Live Updates from Today’s FCC Hearing at Harvard Law School, Pt 2

David Weinberger is liveblogging the event.

Kevin Parker is liveblogging the event.

Wendy Seltzer is liveblogging the event.

Drew Clark is liveblogging the event.

Join the live IRC Chat in the room.

Post a question for discussion here.

Listen to the live webcast here.

FCCBoston08 Tag Stream

Statement from Copps (PDF)

Statement from Adelstein (PDF)

(These notes are by no means complete and comprehensive – and represent a summary, not a transcript, of the event)

4:00: Kevin Parker writes:

“Back to questions…

C. Martin: Should we investigate usage caps over time? P. Clark: Yes, you need to be careful, but we should recognize that there are costs associated with usage. This allows ISPs to have a postive engagement with customers instead of a negative one. This is simillar to the way things work in wireless.

P. Clark: The models don’t work very well. How do we quantify what is acceptable congestion? This is hard and Comcast has tried to say that it is what doesn’t interfere with others. How do we impose fairness among users? Nobody can send bits faster than anyone else at the same time (this is the historical approach). There has to be some way to deal with congestion.”

3:50: Playback of submitted selected video comments from the public

3:30: Via David Weinberger:

“Daniel Weitzner of MIT says the entire Web is peer-to-peer, although not technically. People use the Net in a synchronous, P2P manner. E.g., pages are pulled together from info all over. We depend on the open nature of the Web to enable that.

Richard Bennett (network architect): Does free speech require abandoning the active mgt of net traffic? If so, then we have to shut down the Internet. Is it legit to manage the Net by discriminating by application? The Net and its constituent nets serve different apps. E.g., VOIP needs to avoid jitter. It makes sense to move apps that don’t care about jitter (e.g., email) to the back of the queue. BitTorrent is insensitive to jitter; you care about the time between first and last packet, but not jitter of individual packets….except for apps like Vuze, but RB doubts Vuze’s business viability. If we abandon app discriminatory we have to get rid of IP because it includes info about the app in the packets. Get rid of Wifi because QoS discriminates among apps. Get rid of difference between UDP and TCP. We have to get rid of discrimination within their own homes. Even on Ethernet we have to discriminate among apps, e.g., WoS for audio systems to avoid lipsynching issues If you add capacity to a network, you’ve only moved the bottleneck from the first hop to the second hop. NN would inhibit rural delivery since it depends on wifi. So, sit back. We’ll solve it with more bandwidth and with revisions of the apps that use it, like BitTorrent.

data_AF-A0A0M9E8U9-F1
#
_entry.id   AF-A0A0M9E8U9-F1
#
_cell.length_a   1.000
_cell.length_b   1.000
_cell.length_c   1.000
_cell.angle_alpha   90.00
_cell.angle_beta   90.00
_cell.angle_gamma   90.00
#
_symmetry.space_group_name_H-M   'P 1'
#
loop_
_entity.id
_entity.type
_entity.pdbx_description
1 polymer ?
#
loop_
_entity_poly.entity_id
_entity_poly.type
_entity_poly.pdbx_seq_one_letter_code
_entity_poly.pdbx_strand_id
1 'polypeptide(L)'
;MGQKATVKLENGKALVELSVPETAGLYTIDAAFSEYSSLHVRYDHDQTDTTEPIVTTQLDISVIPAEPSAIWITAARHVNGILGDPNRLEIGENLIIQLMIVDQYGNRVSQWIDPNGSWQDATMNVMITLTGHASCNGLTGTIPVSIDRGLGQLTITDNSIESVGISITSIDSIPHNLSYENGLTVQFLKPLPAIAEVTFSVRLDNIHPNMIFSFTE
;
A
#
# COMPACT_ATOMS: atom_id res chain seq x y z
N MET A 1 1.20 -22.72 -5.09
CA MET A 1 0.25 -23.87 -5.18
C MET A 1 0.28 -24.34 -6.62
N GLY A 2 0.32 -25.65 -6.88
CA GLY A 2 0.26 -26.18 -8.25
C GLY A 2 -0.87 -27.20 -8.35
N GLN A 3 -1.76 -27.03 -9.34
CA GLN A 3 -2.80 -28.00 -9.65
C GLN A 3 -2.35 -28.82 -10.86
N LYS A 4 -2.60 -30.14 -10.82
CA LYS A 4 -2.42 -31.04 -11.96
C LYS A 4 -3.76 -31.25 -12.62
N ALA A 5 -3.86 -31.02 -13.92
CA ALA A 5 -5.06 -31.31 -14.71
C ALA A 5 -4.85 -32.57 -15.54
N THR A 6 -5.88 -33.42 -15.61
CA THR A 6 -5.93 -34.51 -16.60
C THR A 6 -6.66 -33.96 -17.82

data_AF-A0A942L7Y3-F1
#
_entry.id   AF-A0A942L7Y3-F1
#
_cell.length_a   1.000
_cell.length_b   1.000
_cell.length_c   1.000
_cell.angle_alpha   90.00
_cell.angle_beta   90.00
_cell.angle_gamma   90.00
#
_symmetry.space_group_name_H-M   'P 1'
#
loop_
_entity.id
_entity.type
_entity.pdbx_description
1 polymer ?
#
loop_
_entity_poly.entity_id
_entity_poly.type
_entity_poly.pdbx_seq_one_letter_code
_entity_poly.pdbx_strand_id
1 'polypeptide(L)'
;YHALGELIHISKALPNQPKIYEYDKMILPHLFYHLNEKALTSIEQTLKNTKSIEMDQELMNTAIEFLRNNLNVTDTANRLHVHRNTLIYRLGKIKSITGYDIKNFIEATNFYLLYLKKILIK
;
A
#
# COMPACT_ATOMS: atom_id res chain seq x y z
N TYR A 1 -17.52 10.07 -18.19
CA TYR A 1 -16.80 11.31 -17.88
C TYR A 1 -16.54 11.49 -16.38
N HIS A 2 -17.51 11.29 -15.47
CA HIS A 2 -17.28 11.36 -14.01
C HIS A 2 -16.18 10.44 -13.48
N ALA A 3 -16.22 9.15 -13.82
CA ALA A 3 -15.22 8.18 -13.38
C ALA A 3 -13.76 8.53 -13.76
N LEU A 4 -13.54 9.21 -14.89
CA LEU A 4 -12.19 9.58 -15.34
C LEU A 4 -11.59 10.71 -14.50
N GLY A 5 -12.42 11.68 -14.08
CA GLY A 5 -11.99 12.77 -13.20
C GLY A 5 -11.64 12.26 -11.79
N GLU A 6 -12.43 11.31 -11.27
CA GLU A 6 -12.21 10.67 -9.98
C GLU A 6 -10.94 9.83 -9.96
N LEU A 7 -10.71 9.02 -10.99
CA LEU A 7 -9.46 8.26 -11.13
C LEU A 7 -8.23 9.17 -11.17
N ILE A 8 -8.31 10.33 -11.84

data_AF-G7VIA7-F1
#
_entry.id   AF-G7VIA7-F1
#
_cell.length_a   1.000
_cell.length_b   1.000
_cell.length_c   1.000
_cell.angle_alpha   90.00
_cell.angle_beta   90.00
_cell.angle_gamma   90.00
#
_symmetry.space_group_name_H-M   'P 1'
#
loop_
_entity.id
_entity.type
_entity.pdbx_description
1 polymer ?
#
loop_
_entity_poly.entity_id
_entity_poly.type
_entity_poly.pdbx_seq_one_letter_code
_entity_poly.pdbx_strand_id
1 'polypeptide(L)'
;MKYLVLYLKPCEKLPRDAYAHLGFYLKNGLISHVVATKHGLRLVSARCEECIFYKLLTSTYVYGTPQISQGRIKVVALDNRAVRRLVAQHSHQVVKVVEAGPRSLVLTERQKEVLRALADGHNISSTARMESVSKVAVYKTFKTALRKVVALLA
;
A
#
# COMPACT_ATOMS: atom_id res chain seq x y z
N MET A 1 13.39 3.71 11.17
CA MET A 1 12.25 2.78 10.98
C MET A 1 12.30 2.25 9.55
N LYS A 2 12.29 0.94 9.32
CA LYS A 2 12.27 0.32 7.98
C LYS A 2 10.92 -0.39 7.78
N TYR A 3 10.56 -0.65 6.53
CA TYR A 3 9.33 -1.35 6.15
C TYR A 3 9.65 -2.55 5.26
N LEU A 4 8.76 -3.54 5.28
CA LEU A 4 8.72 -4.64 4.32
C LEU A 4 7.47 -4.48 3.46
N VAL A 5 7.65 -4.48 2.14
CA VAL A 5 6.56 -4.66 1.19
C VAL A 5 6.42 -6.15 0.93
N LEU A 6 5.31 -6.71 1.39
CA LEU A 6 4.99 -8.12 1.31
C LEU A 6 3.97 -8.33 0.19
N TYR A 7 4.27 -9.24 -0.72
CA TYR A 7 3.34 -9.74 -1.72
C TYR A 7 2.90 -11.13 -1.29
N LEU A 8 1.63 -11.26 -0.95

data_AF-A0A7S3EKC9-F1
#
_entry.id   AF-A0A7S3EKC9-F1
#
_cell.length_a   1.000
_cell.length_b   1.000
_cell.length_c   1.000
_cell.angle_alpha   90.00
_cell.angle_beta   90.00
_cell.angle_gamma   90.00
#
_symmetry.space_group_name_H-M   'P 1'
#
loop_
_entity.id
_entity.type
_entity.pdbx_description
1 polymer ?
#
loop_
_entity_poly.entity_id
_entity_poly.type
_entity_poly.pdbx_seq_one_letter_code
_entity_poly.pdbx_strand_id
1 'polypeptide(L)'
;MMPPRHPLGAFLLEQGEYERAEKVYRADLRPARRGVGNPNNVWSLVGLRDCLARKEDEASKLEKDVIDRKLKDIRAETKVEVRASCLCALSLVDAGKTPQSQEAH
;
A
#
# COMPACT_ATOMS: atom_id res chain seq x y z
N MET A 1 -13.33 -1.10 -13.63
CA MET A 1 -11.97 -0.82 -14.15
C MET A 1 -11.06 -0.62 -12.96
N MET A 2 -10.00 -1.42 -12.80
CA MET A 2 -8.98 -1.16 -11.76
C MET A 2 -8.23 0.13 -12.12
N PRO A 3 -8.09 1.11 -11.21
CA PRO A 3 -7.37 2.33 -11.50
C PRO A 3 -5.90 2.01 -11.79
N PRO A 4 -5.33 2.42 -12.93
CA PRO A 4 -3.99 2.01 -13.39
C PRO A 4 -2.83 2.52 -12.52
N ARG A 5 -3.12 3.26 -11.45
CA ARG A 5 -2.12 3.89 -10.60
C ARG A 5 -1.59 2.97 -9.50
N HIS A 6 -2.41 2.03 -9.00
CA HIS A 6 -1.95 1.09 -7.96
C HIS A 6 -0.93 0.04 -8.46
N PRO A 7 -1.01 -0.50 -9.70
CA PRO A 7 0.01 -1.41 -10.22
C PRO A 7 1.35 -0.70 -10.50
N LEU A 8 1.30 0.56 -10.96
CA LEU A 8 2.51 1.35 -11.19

David Clark says that TV is central here because it increases the traffic and it’s a collision of pricing models. We should be partnering, not fighting. Let’s talk about business model. The usage cost to Comcast for a month of user usage might be around $0.50. TV usage is 40 times as much (taking reasonable estimates), i.e., $20/month to cover your user costs. What’s going to give is the all you can eat flat rate pricing. We have to find a way that will be acceptable to the user. David likes selling tiers of consumption.”